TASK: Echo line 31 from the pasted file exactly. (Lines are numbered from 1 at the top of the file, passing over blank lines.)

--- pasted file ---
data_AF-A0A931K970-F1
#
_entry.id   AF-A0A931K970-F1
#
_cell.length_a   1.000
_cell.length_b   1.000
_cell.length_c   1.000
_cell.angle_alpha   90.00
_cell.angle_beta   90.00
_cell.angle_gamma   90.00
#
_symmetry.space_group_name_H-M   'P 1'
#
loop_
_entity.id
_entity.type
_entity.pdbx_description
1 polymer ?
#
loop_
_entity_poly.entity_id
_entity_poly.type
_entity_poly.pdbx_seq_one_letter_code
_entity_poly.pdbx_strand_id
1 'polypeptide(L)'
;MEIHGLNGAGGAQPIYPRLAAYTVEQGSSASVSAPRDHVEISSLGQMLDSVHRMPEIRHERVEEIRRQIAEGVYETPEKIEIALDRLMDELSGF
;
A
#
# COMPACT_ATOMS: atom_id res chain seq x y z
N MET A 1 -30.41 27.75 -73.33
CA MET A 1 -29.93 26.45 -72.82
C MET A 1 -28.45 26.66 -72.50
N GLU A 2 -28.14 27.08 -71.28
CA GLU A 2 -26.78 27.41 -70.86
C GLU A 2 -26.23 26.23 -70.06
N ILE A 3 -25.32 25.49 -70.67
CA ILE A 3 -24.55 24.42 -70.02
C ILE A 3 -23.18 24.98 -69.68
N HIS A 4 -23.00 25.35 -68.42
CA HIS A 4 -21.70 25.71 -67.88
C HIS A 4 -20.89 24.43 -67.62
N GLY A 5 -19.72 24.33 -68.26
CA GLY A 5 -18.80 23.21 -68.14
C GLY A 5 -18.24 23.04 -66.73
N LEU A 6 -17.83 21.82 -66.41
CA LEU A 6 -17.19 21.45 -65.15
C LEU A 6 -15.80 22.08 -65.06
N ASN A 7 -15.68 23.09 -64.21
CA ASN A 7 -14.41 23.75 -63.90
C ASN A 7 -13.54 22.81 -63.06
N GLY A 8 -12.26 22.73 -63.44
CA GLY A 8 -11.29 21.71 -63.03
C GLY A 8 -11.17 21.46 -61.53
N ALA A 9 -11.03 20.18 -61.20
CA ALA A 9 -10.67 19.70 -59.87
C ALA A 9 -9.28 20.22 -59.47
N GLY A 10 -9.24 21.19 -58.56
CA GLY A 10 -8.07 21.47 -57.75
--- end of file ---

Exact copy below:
N MET A 1 -30.41 27.75 -73.33